By Lindsay Olson
Would it be optimistic to say we're heading out of the recession that has buried the U.S. employment outlook for the past few years? In November 2012 the unemployment rate was 7.7 percent, at its lowest since February 2009, so it seems there is hope after all.
If you're a job seeker deciding to brave the job market in 2013, realize that the market has certainly changed over the past few years. Because employers still have a pretty good selection of job candidates—not to mention a large number of applicants—they're being a little picky about who they hire right now. Position yourself correctly and you'll be the lucky winner of a new job.
Kevin Marasco, chief marketing officer of HireVue, has a few tips for finding a new career this year:
1. Make social media work for you. It's no secret that recruiters and employers are hopping online to find out more about potential job candidates. But they're also looking on social media sites to find future employees before they've posted positions.
By having a basic presence on social sites, you're still neck-and-neck with your competitors, but if you use your social tools smartly, you can stand out. Join LinkedIn groups in your industry or specialty and share relevant content. Don't just be there: make your voice heard.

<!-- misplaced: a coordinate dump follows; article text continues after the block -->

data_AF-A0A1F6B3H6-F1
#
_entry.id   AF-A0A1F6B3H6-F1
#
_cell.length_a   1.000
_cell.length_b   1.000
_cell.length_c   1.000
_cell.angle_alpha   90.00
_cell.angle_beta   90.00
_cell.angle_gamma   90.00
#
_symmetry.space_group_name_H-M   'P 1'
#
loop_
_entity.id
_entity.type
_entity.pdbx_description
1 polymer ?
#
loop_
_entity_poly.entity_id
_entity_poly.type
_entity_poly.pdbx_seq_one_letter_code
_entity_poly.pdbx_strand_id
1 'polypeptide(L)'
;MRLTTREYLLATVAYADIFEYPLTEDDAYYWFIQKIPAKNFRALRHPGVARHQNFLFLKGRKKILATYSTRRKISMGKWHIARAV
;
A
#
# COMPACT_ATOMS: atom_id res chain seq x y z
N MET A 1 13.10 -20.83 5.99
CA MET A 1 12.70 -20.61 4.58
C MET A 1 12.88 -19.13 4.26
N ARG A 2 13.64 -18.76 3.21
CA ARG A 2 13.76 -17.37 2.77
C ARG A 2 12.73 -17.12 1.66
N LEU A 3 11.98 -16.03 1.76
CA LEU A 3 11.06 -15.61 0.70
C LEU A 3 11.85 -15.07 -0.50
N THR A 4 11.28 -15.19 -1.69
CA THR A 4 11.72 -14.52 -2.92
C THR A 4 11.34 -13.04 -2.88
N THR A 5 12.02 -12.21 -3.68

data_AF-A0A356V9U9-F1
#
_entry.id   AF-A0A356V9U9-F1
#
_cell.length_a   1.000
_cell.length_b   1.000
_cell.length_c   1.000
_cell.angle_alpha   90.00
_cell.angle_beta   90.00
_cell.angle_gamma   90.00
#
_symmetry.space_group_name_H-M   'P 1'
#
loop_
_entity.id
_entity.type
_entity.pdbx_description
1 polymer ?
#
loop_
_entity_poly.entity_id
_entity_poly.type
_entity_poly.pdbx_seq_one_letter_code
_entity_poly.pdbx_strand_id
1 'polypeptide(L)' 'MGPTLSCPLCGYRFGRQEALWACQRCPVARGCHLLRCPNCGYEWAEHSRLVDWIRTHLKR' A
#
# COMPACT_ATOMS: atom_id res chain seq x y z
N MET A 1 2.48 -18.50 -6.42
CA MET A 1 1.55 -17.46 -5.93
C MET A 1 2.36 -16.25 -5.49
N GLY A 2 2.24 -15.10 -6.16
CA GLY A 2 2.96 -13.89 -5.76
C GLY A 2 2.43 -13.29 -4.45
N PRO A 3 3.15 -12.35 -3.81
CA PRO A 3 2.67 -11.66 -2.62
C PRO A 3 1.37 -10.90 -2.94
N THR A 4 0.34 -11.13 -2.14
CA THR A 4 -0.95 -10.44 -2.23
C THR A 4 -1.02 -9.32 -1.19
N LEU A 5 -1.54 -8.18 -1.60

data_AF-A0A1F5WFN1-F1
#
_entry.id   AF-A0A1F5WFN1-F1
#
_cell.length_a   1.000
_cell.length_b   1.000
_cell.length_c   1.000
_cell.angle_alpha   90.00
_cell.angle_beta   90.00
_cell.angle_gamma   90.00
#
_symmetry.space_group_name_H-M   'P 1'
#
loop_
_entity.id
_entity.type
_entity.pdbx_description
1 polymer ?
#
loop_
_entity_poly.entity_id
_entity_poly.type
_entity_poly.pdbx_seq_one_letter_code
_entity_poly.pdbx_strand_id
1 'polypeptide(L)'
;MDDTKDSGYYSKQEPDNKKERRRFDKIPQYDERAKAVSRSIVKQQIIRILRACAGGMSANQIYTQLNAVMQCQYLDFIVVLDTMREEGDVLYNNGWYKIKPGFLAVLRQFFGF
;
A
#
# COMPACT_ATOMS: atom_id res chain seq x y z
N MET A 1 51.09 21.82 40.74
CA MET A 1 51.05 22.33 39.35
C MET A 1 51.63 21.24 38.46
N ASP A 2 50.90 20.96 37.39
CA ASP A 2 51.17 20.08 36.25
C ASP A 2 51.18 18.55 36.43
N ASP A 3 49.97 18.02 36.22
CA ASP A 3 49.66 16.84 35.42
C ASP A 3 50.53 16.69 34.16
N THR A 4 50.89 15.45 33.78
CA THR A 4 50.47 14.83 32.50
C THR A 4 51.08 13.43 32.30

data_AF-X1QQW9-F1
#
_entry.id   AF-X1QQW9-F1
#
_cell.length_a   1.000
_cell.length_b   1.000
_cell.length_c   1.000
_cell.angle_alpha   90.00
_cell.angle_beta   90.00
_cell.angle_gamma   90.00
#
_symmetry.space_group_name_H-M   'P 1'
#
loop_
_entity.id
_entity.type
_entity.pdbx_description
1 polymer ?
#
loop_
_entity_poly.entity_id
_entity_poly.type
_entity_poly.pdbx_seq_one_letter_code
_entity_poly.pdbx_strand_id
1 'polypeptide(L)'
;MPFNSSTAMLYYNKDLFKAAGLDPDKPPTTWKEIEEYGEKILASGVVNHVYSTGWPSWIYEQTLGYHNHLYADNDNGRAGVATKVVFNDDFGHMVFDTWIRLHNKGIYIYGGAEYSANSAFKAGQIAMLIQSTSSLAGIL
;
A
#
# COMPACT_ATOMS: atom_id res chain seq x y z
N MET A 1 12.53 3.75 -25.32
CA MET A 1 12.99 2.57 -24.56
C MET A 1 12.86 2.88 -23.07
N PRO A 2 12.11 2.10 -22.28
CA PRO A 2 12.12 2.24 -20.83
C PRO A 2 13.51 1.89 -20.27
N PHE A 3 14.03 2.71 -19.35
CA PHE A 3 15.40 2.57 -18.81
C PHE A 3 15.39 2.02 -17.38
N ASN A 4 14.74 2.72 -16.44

2. Open yourself to the idea of working remotely. Surprisingly, many people don't want to work from home. Some crave the socialization that comes with working in an office with others. But don't discount it just yet. As employers realize the fiscal benefits that come with supporting a virtual staff rather than one in-house, there are more remote positions opening up. Ignore them to your detriment.
3. Remember, compensation is more than just what is on your paycheck. Top performers may not be able to command the high level salaries they might have pre-recession. But don't turn away a job just because you think you're worth more money. Consider the other benefits of working for a given company; for instance, does it offer tuition reimbursement? If your future employer would pay for you to get a graduate degree, that alone is worth tens of thousands of dollars in education costs plus the increase in salary you may command with an advanced degree.
Does the employer allow working from home? You'll save on commute and lunch costs. Does it pay top dollar for health benefits? Again, big savings potential. Will you have the opportunity to put a well-known employer on your resume that you may leverage for the rest of your professional career? Priceless.
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